Alleged poor doping control led to Katusha ban
Moscow: The Katusha cycling team says it was refused a 2013 WorldTour licence on the grounds that its anti-doping programme was insufficient, immediately rejecting the claim.
The International Cycling Union (UCI) announced the shock decision last week, leading Katusha to file an appeal to the Court of Arbitration for Sport but not providing any explanation, until now.
The UCI issued a brief statement Wednesday saying it had finally informed the team of the reason for the denial.
"It was pointed out to us that there were four doping cases," Katusha general manager Vyacheslav Ekimov revealed later.
"But the UCI doesn`t speak directly about doping use in the team," added Ekimov, himself a three-time Olympic champion.
"And they don`t provide information on doping use or any positive tests of riders currently included in Katusha`s roster."
The decision was based on four cases of drug use from 2009 through 2012, including the disqualification of Denis Galimzyanov, who was banned for two years Wednesday, Katusha said.
"What has happened to Galimzyanov, happened only with him and it`s not connected with the team," Ekimov said. "He wrote a letter where he confessed everything, stating that the team had nothing to do with it."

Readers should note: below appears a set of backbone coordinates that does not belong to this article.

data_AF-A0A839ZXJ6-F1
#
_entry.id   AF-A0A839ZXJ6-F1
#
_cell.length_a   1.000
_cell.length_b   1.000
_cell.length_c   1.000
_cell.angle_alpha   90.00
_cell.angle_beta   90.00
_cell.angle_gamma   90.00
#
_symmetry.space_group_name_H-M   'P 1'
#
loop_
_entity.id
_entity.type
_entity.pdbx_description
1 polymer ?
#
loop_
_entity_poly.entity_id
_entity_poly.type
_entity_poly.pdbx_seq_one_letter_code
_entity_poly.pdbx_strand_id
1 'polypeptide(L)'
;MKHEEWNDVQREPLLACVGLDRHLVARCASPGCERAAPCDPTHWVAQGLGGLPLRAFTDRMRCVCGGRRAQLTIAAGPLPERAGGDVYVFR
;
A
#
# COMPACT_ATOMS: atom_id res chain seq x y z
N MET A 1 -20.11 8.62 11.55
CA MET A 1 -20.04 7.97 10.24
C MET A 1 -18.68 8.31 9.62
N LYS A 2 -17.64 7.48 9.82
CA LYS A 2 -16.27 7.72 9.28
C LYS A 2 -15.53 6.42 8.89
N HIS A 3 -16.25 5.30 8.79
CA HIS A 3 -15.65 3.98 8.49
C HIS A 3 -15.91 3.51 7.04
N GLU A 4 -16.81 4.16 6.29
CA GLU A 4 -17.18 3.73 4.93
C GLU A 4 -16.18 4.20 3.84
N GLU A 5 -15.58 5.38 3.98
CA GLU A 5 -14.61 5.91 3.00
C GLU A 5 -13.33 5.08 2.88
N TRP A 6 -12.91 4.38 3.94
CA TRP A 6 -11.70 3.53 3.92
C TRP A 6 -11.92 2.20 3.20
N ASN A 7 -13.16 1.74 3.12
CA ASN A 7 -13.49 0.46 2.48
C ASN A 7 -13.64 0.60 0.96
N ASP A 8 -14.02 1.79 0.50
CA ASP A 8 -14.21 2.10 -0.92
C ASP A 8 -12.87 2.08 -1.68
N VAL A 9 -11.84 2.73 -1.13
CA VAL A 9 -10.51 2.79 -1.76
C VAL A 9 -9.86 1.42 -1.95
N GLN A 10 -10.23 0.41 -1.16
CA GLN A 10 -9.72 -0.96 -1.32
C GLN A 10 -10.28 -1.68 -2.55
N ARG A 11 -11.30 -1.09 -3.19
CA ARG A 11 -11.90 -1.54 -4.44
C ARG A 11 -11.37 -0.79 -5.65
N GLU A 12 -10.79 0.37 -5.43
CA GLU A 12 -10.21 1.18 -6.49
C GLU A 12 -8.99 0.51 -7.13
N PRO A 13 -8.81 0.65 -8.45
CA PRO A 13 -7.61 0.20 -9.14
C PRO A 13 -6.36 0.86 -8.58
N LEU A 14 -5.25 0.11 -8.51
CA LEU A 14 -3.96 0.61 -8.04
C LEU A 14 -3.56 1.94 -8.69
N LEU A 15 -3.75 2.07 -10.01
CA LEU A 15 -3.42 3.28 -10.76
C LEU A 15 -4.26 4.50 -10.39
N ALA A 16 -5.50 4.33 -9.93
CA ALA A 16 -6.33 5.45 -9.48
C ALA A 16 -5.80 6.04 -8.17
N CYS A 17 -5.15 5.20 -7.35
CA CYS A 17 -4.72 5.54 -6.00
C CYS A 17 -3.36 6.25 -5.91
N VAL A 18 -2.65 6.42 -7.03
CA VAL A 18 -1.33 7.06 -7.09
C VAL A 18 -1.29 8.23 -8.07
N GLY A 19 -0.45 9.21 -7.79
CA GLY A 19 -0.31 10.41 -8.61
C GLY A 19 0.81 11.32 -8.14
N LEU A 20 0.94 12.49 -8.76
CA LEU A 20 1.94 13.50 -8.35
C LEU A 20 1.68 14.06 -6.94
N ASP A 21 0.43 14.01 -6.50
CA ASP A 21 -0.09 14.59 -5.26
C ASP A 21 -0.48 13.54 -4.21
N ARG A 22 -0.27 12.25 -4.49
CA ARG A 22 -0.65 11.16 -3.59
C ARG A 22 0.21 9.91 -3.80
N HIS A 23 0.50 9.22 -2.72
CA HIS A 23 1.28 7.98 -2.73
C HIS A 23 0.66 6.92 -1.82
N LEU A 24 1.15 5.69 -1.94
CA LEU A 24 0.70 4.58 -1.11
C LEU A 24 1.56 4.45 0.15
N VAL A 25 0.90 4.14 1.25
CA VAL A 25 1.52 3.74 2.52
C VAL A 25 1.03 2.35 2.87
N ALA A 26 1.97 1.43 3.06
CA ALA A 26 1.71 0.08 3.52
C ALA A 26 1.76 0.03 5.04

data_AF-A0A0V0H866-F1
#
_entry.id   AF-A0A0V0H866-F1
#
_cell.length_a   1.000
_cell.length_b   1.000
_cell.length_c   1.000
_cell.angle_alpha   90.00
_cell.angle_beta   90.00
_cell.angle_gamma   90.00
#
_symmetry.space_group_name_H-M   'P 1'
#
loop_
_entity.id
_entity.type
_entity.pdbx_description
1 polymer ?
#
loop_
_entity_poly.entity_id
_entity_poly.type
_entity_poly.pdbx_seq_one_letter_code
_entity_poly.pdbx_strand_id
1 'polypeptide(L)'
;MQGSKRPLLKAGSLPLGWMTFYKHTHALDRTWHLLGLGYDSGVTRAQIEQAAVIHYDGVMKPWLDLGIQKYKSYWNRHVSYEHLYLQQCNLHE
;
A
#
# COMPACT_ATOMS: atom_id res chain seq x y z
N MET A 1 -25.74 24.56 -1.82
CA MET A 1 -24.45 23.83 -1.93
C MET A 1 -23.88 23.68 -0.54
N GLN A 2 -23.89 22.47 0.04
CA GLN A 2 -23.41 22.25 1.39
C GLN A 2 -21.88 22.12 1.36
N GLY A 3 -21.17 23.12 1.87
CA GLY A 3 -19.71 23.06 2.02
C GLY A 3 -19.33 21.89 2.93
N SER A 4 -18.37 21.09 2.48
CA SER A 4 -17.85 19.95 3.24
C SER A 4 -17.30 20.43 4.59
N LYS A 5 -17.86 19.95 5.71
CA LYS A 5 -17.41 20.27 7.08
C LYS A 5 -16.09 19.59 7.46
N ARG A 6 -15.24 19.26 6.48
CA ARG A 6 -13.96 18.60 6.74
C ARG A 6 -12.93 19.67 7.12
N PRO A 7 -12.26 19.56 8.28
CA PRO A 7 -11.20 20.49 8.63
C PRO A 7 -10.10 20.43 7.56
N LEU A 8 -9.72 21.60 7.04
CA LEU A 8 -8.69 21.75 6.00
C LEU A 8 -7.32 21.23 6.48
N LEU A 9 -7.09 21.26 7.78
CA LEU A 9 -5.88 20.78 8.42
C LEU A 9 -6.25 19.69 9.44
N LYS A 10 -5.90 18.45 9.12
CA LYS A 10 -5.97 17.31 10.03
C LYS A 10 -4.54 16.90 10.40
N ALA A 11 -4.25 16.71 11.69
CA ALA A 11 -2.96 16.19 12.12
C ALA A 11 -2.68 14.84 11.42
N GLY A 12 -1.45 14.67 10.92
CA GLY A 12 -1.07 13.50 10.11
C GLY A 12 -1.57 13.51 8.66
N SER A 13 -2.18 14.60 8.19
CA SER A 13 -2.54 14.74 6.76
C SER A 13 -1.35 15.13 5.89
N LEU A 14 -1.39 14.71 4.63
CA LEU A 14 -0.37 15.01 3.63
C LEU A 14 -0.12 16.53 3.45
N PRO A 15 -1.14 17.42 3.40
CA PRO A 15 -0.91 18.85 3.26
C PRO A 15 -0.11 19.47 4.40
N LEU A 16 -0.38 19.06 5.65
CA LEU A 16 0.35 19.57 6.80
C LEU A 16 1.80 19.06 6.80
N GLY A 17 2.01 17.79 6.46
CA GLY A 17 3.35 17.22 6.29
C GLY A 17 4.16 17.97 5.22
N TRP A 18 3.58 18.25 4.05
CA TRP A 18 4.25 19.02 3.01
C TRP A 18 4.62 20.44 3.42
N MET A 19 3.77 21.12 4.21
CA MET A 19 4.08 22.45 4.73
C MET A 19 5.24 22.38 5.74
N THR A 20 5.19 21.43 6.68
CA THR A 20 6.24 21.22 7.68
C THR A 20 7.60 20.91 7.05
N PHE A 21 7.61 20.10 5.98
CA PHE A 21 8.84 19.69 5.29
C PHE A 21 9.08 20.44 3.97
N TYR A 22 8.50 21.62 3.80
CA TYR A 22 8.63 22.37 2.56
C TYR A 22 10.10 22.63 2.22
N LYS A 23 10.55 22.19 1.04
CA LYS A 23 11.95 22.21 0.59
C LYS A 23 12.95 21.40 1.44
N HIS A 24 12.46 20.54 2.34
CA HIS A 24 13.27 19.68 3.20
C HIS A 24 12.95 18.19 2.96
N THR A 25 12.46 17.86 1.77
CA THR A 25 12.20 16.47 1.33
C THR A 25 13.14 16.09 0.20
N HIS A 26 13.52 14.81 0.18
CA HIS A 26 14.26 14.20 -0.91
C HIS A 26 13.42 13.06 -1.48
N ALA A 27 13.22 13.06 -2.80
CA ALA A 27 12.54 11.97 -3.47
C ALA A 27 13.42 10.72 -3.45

More broadly, Ekimov insisted the team had all the necessary anti-doping procedures in place.
"We are taking anti-doping preventive measures. We have explained and will explain to riders our intolerance towards doping. When the UCI asked us about how the work is carried out and asked for internal testing, we told them we were ready to double the control in this field."
Katusha confirmed its intention to appeal the decision in court, adding that the process would probably last for a month and a half.
If Katusha gets no licence, it would have to rely on sought-after wildcard entries to major races. The team had already received offers from various race organisers.
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